Most Australians employees take regular contributions to their superannuation as more or less of a given. However, a new study has shown that for many small to medium business owners, making regular payments to their personal superannuation fund is a rarity few can afford and choose to do. This article outlines the reasons why this is so and how the legal definitions of different business structures ensure that small to medium business owners can do so in full compliance with the law.

Study on Personal Superannuation

A new study commissioned by MYOB shows that the business owners of over one-third of small to medium businesses are not making any contributions to their personal superannuation. Further, approximately 50% of small to medium business owners below the age of fifty have not planned for retirement at all. The primary reason that so many small to medium business owners do not contribute to their superannuation is that after paying overheads and costs, there is little to nothing left with which to make a contribution to their personal superannuation account.

For example, Jada Moxham, aged 26, runs Rapid Boarders, a white water rafting business in Cairns with her partner Leigh Newlan. She notes that business has been slow and that even despite the fact that she and her partner do almost all of the work in the business themselves to keep costs as low as possible, there is never ‘any extra’ to put in their super accounts. However, Ms Moxham ensures that she makes all compulsory superannuation contributions for her employees.

The fact that many small to medium businesses typically wait a long time to receive the payments owing to it from larger entities exacerbates this situation. This delay increases the pressure on the business’ cash flow and mitigates against business owners ever finding money to put into their super fund. Ms Moxham says that her business can wait for up to ‘two or three months’ for payments from some of their distributors. The pressure has become so great that she works casually elsewhere in addition to running her business to supplement the business’ income. This is not an isolated phenomenon.

Research from Veda, one of Australia’s largest credit information and analysis companies, shows that businesses with more than fifty employees were 1.5 times slower to pay invoices as their smaller counterparts. Businesses with a staff of between ten to fifty people usually paid invoices the fastest, followed next by micro-businesses (with between one to ten employees). Similarly, Dun & Bradstreet Business Expectations Survey for the first quarter of 2016 showed that businesses with over five hundred employees paid invoices at an average rate of 52.4 days. The Australian Small Business and Family Enterprise Ombudsman Kate Carnell believes the situation is such that large businesses can be said to treat smaller businesses with ‘contempt’.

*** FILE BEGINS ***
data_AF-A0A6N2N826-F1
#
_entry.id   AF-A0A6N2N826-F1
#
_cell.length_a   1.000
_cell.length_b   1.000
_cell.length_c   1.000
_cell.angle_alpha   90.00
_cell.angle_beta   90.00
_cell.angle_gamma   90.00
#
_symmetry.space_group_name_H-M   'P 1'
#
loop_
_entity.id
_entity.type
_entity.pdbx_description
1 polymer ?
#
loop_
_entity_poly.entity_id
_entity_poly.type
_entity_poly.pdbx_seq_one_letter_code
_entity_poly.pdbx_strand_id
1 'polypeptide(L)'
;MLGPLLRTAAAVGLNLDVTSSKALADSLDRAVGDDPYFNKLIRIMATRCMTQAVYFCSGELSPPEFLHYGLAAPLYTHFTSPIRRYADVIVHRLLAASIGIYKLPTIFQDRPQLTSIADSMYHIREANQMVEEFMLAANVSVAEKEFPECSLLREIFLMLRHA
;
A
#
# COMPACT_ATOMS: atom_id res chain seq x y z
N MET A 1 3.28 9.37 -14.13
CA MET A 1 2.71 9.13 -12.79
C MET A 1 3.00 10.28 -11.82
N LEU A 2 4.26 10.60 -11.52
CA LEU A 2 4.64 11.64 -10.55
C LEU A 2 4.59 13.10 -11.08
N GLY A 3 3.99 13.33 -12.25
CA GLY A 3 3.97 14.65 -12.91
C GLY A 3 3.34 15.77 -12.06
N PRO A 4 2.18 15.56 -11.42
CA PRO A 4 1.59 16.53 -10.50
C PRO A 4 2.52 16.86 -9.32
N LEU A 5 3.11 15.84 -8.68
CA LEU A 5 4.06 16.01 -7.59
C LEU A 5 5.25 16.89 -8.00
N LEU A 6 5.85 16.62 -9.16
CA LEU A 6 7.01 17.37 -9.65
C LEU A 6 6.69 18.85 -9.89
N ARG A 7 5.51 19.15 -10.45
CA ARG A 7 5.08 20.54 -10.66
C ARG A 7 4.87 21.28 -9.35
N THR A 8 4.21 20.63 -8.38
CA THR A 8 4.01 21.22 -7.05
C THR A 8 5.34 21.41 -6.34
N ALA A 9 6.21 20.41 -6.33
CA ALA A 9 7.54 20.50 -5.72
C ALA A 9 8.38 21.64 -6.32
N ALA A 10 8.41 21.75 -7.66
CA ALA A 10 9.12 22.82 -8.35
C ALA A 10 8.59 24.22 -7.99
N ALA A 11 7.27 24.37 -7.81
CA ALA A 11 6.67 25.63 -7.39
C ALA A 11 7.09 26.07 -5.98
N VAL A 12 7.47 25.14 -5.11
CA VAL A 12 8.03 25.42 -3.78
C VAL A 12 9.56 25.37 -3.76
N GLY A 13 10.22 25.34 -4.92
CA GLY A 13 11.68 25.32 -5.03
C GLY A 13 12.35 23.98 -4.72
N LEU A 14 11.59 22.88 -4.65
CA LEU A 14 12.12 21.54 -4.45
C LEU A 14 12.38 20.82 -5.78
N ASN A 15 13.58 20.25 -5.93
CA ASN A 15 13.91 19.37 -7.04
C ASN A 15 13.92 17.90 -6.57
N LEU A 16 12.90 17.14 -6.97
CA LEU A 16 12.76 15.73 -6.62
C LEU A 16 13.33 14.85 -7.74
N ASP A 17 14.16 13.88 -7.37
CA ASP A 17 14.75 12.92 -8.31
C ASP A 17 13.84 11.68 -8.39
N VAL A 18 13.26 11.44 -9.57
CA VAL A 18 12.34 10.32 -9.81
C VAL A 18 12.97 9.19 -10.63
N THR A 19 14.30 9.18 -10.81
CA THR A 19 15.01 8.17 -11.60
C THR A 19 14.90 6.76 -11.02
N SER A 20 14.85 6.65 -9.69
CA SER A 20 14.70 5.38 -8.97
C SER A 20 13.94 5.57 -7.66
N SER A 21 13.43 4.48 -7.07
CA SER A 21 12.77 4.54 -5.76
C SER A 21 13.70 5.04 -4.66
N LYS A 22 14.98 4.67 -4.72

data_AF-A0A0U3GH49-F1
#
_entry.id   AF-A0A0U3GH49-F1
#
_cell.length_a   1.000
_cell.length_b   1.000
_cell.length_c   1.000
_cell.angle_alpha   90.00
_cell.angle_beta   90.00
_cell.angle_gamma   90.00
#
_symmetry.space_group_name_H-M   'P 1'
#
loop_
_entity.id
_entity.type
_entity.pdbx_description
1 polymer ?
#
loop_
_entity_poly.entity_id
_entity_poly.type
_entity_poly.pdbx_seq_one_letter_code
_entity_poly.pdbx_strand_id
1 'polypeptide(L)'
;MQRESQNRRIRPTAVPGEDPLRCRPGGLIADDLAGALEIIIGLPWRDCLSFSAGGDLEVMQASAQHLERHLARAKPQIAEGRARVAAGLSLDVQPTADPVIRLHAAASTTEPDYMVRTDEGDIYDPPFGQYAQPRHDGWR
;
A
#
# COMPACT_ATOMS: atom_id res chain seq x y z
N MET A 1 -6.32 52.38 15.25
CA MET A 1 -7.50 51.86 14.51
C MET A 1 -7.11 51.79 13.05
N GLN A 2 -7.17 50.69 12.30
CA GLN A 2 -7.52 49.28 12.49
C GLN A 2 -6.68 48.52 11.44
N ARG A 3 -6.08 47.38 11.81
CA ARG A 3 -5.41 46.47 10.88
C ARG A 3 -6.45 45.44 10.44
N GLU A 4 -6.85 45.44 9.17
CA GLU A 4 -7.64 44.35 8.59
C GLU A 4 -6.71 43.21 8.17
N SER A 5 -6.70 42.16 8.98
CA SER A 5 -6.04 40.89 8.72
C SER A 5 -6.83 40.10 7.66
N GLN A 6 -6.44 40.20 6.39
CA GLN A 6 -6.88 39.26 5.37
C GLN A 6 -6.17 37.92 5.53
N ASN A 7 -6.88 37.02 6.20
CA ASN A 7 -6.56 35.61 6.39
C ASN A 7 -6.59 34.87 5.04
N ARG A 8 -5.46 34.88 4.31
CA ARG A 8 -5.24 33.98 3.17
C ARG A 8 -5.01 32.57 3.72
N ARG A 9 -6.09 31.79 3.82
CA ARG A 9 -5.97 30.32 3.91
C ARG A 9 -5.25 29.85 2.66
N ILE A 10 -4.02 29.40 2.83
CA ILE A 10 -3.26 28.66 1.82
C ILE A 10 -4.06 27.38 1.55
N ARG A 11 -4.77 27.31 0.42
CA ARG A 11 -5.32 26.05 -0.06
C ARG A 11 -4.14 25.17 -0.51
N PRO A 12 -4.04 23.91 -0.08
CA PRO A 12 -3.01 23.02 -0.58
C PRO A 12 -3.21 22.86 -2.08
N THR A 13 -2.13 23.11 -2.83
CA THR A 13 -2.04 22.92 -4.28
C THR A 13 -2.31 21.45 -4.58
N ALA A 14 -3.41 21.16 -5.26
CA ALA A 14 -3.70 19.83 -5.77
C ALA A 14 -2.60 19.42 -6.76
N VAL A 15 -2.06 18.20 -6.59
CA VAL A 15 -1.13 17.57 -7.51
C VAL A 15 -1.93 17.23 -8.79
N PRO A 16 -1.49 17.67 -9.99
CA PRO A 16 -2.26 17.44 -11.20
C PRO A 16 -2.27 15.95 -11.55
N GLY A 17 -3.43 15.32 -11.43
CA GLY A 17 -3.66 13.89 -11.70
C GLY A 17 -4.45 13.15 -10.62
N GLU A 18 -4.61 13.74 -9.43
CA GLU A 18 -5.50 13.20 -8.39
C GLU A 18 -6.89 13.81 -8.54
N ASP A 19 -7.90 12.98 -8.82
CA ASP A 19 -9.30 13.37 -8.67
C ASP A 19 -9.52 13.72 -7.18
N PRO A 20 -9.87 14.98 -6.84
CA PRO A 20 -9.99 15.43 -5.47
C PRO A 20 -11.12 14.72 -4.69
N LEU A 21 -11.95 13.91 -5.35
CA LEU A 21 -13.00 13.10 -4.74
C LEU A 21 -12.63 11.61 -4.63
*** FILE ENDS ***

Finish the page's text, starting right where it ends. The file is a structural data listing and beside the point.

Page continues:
Legalities and Super Requirements

In Australia, legislation requires all employers to pay the superannuation guarantee (9.5% of ordinary time earnings) for adult employees who earn $450 or more every month. If the employee earning above this threshold is under eighteen, their employer must make a super payment if they work more than thirty hours per week. As such, many people may find it perplexing that small business owners – who typically work long hours – have a choice whether or not to pay super into their personal account.

The answer lies in the status that the law accords to different business structures. Depending on a business’ structure, any money that a business owner takes from it for personal purposes may not, in fact, constitute wages as per superannuation law.

Businesses that operate either as sole traders or partnerships do not have a legal identity separate from their owner(s). Legally, the business is the owner or owners and vice versa. Because of this, any money that such proprietors take from their business for private purposes (whether regularly or on a more ad hoc basis) is not a wage or income for the purposes of the superannuation guarantee. Rather, they are considered ‘drawings’. That fact means that business owners are not legally obliged to make a superannuation contribution for themselves on the drawings that they make. And many small to medium enterprises in Australia are structured as sole traders or partnerships. As such, they can choose whether or not to make a personal super contribution. Only if an owner failed to make contributions for their employees would they fail to meet all their legal obligations.

However, if a small business has a company structure, the business exists independently of the proprietor. In other words, it is a separate legal entity. In these instances, a proprietor can be both a director and employee of the business. They can, therefore, receive wages which are income for the purposes of the superannuation guarantee. As such, they must pay both income tax and superannuation on such payments.

Key Takeaways

While small business owners may not be legally required to make personal superannuation contributions, there are nonetheless excellent long term financial reasons why they should do so. LegalVision has assisted many businesses with their legal needs. Contact us today on 1300 544 755 or fill in the form below.

Carole Hemingway

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